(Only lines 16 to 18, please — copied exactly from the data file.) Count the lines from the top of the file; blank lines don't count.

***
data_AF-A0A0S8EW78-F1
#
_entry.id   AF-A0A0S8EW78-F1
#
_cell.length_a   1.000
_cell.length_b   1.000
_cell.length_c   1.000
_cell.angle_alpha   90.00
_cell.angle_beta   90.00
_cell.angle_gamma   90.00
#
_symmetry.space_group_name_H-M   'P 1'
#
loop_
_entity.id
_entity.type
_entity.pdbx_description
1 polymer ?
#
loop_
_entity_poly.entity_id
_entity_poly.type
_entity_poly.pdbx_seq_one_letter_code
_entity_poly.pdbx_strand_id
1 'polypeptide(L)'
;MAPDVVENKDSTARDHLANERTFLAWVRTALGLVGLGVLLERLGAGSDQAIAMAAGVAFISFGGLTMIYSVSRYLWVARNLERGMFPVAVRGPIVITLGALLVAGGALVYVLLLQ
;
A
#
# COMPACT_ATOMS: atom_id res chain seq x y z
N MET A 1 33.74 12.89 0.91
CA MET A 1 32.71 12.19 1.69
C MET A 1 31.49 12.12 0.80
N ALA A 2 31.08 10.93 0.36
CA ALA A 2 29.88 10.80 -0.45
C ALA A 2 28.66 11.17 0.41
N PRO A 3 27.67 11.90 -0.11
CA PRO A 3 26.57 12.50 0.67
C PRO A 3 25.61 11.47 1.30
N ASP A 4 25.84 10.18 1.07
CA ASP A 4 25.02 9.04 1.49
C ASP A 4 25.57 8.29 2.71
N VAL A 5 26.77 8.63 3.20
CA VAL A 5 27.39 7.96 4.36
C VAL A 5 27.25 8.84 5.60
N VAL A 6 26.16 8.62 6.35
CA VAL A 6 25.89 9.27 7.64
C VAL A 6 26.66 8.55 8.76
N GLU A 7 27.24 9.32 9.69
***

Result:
_entity.type
_entity.pdbx_description
1 polymer ?